For those of you in the Bay Area, Usaato is having an exhibition!
Place and Time: San Francisco Japan Town, 2nd Floor of Kinokuniya Book Store Bldg, Saturday, September 1, 2018: 11am to 6pm, and Sunday, September 2, 2018 11am to 7pm.
In the email advert I received, Usaato described itself as:
Making fully handcrafted artisan fabrics using sustainably grown cotton, hemp and silk: hand spun, hand woven, plant based dyes
Using high quality designer-spec construction and seamwork: durable, long lasting
Using an innovative fair trade model
“USAATO clothes are made in specially selected villages in Thailand and Laos practicing sustainable agriculture and known for their traditions of spinning, weaving and plant based dyes. The fabrics are mostly handspun and hand woven by their traditional weaving machines from cotton, hemp and silk with natural dyeing by artisan women in various areas of these two countries.
USAATO clothes are sewn by individuals and groups in worker friendly environments in Chiang Mai Thailand. These beautiful fabrics are unique to the various villages which is further reflected in the individuality of Usaato designs.
It is the Usaato mission to support sustainable agriculture, respect the village traditions and to bring a healthy economy and quality life to these villages. We would like to invite you to be a part of this Usaato movement.”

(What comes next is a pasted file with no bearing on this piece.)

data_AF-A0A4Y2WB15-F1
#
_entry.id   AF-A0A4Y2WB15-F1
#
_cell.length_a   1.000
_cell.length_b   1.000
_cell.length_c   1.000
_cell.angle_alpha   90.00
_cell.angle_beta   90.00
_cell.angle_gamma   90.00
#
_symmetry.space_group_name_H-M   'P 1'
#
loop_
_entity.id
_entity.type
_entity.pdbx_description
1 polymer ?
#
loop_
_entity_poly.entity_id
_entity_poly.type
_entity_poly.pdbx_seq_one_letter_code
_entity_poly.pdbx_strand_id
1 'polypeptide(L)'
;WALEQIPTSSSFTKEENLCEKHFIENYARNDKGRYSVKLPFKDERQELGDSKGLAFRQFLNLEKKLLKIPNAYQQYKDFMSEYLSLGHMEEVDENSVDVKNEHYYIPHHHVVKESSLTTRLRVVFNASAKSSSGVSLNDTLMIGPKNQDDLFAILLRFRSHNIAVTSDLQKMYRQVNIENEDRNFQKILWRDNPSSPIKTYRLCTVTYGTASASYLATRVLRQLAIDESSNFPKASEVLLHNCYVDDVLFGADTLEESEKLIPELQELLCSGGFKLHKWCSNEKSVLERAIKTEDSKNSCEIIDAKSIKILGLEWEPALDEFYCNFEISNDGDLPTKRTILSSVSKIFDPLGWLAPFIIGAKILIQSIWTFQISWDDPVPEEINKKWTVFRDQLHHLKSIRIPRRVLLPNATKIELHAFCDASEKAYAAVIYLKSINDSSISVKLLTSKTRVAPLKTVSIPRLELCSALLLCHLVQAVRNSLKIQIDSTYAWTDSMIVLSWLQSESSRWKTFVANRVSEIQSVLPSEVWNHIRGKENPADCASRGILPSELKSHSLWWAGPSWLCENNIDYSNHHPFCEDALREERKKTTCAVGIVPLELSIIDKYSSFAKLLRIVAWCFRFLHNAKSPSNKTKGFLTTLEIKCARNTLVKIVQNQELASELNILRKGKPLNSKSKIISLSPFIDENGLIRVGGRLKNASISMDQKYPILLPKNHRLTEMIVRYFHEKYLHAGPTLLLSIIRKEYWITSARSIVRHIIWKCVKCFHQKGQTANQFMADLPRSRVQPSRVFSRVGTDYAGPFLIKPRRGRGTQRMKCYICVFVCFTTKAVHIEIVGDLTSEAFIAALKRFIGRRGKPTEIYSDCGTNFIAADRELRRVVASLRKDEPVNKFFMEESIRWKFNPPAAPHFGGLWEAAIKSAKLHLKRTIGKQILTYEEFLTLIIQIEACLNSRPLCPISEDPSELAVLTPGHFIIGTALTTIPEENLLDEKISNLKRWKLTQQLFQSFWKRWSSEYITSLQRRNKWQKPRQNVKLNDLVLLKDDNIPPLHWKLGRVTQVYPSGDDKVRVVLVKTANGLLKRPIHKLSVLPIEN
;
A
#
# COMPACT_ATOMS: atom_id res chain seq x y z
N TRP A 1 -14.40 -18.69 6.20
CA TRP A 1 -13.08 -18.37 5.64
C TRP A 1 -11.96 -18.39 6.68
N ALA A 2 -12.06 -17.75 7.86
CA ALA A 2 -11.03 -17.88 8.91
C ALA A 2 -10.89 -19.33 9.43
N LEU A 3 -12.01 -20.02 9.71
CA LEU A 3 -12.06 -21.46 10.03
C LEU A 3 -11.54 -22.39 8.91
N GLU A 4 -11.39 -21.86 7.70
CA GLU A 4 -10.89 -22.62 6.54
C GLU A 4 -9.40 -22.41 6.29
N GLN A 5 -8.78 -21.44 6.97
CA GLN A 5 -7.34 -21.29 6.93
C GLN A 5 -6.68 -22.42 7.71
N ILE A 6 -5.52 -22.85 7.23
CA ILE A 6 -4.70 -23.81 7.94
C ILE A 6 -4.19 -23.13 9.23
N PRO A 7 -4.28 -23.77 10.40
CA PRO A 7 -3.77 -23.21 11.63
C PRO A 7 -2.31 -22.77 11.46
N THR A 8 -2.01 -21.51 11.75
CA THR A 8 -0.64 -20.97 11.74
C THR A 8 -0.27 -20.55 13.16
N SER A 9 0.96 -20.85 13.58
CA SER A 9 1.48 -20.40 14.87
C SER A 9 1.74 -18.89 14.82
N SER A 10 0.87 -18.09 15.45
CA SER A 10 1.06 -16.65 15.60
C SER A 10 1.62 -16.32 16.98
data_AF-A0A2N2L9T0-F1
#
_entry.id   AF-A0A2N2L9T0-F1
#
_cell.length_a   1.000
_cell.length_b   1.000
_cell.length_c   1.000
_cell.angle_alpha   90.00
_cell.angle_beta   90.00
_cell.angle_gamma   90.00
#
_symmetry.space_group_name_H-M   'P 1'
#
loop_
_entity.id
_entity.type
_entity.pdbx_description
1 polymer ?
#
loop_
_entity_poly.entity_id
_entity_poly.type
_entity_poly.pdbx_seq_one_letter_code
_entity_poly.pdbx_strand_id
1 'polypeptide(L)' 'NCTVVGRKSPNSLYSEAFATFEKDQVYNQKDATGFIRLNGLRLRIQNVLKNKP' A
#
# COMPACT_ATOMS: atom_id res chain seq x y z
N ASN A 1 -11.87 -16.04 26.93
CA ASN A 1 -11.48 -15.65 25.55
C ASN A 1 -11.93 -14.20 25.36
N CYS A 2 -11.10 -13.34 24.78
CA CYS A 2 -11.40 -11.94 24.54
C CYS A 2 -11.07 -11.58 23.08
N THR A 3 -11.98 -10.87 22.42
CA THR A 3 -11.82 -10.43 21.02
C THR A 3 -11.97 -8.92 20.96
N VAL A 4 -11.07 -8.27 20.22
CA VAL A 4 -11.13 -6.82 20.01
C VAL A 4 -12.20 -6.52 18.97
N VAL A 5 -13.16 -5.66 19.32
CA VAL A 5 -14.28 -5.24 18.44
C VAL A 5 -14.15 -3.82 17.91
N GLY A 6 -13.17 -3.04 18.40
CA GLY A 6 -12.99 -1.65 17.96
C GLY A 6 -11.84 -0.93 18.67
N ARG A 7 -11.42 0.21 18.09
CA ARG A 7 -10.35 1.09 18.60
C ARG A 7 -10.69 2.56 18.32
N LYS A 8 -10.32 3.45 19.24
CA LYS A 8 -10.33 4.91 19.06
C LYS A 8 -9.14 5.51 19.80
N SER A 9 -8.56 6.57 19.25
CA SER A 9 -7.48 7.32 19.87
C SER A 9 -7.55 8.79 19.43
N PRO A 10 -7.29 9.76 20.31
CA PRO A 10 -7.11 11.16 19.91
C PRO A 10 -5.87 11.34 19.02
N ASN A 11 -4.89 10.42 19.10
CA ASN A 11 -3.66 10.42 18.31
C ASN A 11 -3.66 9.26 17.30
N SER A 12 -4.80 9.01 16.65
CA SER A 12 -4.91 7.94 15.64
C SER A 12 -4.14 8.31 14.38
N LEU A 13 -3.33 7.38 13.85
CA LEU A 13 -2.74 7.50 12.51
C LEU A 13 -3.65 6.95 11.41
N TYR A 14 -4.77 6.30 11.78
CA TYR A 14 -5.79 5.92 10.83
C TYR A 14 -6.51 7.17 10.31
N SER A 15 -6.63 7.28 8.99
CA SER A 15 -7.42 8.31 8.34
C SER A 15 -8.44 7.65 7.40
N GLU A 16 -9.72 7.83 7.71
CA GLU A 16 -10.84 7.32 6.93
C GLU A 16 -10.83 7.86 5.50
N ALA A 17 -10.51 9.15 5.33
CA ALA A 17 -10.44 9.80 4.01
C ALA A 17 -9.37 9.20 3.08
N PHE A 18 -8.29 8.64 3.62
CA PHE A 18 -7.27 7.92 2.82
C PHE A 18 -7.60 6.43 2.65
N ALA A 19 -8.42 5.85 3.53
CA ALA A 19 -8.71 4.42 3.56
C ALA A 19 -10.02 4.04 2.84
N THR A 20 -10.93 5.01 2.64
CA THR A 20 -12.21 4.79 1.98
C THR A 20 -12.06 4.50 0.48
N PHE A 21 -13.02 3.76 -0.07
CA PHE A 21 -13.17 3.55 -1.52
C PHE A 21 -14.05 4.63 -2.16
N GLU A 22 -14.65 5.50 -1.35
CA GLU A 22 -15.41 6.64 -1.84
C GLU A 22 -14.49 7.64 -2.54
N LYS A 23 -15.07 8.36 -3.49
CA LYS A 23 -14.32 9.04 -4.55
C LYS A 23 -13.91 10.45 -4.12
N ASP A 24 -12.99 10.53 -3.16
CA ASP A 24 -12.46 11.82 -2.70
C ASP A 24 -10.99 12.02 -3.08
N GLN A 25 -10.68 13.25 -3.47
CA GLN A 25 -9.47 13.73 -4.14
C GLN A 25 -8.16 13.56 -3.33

I’ve been without a microwave for a few weeks and it’s been difficult! I like making a lot of food and eating leftovers for a few days afterwards, but not many things heat up well in a pot or skillet. I am of course loathe to buy anything so I was lucky to find a free microwave beside a dorm dumpster. It works! It was even pretty clean inside.
I found the university’s free pile, where you can leave stuff and take stuff as you please. It’s pretty small considering the number of students. Maybe people don’t know about it. I’ve already gotten some good stuff! Handmade doilies, sunscreen, earbuds (they need a little glue, but still).
The apartment is a little less neat now. I got started on a craft project, so knitting supplies are (sparsely) strewn around the room. I’m making a pair of socks for sibling C! It’s my first pair of socks and I have to say they’re not as difficult as people make them out to be. Socks are certainly fast to make. The main difficulty is getting the two socks to be the exact same size.
Sibling C wanted the socks to be around 11″ tall, but I wasn’t sure I would have enough yarn so I knit the socks toe up using these instructions, with some modifications due to differences in gauge (see sock calculations). I used the Middle Eastern cast-on, gusset-heel flap for the heel, and bound off in pattern using 1×1 ribbing. If the cuff isn’t stretchy enough, I’ll have to use a different bind off.